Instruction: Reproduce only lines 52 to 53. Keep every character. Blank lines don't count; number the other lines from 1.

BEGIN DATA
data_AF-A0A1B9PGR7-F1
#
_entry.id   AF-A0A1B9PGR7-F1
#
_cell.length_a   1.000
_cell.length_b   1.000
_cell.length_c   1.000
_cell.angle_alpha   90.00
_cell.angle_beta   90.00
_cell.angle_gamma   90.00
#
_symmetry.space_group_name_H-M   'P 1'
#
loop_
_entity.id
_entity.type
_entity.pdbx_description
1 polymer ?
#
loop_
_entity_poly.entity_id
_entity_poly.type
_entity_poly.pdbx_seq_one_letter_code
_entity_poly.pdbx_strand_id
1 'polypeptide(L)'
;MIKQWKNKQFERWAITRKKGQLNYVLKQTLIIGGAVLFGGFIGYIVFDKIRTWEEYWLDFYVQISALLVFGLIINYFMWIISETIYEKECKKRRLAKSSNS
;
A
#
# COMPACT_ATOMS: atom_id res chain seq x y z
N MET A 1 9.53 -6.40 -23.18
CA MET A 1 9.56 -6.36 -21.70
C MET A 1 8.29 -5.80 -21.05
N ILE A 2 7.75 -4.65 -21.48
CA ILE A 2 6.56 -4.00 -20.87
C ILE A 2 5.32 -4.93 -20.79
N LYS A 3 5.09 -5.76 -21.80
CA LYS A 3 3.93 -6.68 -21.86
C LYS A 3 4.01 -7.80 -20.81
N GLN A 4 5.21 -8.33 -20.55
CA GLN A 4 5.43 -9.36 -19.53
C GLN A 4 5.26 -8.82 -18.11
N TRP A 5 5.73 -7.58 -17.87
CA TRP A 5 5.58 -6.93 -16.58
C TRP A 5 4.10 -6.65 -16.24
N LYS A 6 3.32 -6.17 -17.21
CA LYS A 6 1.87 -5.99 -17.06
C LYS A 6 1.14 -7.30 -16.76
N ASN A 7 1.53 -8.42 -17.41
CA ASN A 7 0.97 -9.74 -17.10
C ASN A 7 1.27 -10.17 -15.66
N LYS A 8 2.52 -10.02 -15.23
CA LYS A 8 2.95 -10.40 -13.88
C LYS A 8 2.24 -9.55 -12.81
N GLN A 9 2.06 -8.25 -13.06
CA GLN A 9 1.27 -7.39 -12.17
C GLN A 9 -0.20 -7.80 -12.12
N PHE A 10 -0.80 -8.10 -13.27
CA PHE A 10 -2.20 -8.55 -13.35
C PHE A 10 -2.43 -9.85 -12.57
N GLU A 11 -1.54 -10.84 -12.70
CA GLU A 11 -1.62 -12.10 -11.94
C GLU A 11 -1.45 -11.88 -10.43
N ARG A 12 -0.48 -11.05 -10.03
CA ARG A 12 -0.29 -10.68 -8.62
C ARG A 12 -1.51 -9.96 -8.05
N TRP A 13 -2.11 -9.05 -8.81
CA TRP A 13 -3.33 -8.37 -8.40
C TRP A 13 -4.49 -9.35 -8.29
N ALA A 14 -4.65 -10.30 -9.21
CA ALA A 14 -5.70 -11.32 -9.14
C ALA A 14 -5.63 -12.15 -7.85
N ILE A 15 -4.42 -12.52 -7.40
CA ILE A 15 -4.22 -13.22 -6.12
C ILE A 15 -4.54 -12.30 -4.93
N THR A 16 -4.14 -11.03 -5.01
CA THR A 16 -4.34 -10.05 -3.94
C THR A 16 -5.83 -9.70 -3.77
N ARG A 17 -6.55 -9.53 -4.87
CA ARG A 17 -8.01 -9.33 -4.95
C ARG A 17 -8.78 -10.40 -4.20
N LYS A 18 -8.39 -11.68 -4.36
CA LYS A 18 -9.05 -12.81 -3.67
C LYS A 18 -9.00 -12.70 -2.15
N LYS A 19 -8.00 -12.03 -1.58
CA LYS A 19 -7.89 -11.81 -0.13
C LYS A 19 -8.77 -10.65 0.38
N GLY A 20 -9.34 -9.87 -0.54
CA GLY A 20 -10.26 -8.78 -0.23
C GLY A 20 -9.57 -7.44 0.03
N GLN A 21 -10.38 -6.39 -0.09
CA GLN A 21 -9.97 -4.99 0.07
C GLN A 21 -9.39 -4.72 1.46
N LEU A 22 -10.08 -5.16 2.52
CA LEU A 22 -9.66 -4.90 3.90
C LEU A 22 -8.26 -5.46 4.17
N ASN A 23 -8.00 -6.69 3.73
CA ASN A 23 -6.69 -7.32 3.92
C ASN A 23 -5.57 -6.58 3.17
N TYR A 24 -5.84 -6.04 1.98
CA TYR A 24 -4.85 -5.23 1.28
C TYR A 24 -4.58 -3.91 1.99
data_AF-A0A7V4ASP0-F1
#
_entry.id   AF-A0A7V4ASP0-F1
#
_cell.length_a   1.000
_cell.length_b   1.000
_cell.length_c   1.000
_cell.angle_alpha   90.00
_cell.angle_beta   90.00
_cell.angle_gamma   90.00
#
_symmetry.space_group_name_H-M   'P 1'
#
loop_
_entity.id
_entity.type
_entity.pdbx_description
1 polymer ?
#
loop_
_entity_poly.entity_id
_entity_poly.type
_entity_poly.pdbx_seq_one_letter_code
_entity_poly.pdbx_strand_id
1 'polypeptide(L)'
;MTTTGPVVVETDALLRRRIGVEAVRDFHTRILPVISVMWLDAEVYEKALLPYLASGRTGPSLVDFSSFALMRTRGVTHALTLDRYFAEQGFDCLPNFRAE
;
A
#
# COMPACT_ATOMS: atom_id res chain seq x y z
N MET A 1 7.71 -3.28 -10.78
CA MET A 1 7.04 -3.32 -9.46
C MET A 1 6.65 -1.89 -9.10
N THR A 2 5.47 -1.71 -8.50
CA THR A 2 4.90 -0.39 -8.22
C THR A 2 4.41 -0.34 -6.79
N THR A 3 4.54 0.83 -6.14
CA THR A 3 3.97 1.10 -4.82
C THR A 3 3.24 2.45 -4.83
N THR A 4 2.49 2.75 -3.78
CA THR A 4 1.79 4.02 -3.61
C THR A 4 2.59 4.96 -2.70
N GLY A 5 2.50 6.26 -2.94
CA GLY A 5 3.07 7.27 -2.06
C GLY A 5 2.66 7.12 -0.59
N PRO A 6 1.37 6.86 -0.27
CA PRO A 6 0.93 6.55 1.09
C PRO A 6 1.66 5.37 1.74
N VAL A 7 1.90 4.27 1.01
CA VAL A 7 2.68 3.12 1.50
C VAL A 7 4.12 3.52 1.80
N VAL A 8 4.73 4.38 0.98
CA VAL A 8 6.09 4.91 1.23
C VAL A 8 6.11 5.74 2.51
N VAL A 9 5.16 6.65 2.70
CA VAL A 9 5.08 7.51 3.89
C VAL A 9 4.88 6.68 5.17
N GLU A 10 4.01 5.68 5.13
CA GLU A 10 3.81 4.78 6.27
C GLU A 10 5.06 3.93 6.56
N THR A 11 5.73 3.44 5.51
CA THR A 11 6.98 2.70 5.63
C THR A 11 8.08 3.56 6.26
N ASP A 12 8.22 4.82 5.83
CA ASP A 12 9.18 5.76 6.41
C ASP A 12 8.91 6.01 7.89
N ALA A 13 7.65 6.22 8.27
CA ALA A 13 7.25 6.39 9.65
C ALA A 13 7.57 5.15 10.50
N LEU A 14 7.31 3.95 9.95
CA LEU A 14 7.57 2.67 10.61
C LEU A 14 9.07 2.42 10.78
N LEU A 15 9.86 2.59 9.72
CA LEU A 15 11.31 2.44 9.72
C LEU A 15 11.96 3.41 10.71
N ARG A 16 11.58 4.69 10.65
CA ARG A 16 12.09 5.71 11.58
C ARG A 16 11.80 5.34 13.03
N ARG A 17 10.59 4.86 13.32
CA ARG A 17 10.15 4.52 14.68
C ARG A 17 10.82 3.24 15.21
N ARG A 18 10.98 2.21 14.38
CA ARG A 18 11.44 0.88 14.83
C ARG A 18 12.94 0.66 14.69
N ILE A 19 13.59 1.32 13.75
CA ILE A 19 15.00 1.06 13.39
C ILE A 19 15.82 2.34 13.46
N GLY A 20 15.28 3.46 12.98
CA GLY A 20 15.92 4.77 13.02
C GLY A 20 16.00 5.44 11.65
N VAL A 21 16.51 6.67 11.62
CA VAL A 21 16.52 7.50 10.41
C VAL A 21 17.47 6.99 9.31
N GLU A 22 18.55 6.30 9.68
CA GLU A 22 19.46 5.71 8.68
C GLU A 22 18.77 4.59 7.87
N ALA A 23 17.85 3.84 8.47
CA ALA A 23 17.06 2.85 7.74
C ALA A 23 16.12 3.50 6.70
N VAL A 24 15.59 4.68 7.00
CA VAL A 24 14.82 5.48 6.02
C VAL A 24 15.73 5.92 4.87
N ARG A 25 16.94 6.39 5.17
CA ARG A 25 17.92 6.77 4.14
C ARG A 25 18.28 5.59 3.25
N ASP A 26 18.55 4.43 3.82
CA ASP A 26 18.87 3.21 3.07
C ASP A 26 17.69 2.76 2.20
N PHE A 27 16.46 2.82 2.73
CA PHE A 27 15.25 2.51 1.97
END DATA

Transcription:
N LYS A 8 2.52 -10.02 -15.23
CA LYS A 8 2.95 -10.40 -13.88